NickP
Guest
NickP
2 years 9 months ago

I was thinking the same thing, then you look up the definition of LOB% here and it has nothing to actually to with what happened in the games contextually:

LOB% = (H+BB+HBP-R)/(H+BB+HBP-(1.4*HR))

I was hoping someone could explain why this is. Also, plugging in Street’s numbers would get a LOB of 106%, which is obviously not possible, anyone tell me where I am going wrong here?

kdm628496
Member
kdm628496
2 years 9 months ago

quick question about LOB%.

according to your library, LOB% = (H+BB+HBP-R)/(H+BB+HBP-(1.4*HR))

why do you subtract 1.4*HR from H+BB+HBP in the denominator of LOB%. doesn’t this cause LOB% to be greater than 100% for some outings?

taking an example from mr. street, on 6/23 he allowed 3 H, 0 BB, 0 HBP, 2R, and 2HR. plugging these into the formula, you get:

LOB% = (H+BB+HBP-R)/(H+BB+HBP-(1.4*HR))
LOB% = (3+0+0-2)/(3+0+0-(1.4*2))
LOB% = (1)/(3-2.8)
LOB% = (1)/(0.2)
LOB% = 500%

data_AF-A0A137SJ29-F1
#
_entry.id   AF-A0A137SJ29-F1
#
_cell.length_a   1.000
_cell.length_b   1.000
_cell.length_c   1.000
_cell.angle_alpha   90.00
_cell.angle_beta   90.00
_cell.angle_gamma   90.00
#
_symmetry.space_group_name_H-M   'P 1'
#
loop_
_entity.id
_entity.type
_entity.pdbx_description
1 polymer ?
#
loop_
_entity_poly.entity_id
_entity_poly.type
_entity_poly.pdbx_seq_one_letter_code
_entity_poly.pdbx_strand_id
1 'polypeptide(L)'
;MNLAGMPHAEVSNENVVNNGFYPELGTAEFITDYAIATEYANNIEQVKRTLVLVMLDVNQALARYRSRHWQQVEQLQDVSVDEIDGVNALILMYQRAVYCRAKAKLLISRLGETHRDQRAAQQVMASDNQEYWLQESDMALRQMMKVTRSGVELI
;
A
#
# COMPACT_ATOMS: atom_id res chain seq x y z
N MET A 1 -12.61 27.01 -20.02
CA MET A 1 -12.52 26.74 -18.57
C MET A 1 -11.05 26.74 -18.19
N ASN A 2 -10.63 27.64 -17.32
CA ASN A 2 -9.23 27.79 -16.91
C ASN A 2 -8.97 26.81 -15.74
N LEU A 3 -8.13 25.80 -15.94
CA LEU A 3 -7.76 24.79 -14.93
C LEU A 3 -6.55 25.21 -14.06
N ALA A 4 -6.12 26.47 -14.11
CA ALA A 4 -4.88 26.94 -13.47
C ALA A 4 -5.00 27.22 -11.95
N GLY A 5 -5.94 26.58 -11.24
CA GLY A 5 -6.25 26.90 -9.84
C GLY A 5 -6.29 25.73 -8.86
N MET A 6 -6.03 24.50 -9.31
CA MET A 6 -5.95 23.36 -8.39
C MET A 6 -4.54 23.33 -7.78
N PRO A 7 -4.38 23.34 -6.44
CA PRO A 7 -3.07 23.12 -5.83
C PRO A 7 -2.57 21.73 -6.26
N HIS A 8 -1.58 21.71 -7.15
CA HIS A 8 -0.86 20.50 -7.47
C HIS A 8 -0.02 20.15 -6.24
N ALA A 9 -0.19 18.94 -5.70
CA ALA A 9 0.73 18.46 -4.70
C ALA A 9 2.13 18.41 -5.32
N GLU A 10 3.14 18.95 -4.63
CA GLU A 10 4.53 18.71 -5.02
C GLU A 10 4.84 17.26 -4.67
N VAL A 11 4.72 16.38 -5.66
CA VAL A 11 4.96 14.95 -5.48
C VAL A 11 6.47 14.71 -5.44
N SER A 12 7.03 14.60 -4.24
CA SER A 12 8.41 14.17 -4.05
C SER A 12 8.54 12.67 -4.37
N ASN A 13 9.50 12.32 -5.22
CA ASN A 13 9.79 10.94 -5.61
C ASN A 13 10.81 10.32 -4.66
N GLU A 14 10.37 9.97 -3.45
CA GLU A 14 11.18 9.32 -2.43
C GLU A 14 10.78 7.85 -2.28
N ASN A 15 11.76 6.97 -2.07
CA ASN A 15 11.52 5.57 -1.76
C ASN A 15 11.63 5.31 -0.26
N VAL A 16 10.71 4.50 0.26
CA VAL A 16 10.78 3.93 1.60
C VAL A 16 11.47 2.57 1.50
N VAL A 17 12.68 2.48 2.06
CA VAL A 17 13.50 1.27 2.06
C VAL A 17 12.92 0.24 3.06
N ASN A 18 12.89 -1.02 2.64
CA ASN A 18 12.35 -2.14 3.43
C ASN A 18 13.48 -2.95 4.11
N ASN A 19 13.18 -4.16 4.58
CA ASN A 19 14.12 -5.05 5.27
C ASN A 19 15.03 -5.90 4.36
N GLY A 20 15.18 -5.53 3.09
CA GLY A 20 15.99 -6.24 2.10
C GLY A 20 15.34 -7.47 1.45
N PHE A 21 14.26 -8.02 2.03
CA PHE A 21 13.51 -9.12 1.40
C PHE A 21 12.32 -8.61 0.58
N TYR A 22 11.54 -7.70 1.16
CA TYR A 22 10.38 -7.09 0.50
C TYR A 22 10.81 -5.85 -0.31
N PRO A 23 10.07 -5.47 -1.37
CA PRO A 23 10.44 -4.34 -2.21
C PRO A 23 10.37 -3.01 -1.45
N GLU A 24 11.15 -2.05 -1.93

however, the game log just shows 100%, which makes theoretical sense to me (he allowed one baserunner and the baserunner didn’t score).

let’s look at another example, street’s 9/29 outing. H=3, BB=2, HBP=0, R=2, HR=1.

LOB% = (3+2+0-2)/(3+2+0-(1.4*1))
LOB% = (3)/(3.6)
LOB% = 83.3%

this is what the game log shows, but street in reality allow 4 baserunners and leave 3 on base? so shouldn’t it be 75%?

i guess what i’m getting at is: why the 1.4 multiplier?

kdm628496
Member
kdm628496
2 years 9 months ago

note, i’m at work so i couldn’t watch the videos at http://www.fangraphs.com/library/pitching/lob/

Brandon
Guest
Brandon
2 years 9 months ago

What a weird season for Huston Street – I remember looking at his stats earlier in the year and I think he had some ridiculously low SwStr% like 6% through the first 2 months, too.

Pesach Wolicki
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Pesach Wolicki
2 years 9 months ago

The 1981 Blue Jays wRC number was in the strike shortened season. It should not be considered in the discussion.

Scott
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Scott
2 years 9 months ago

Obligatory mention of Simmons and DRS

tz
Guest
tz
2 years 9 months ago

Another note on Uehara: he was the first pitcher in major league history to allow a single-digit number of walks while recording a triple-digit number of strikeouts in the same season (9 and 101 respectively).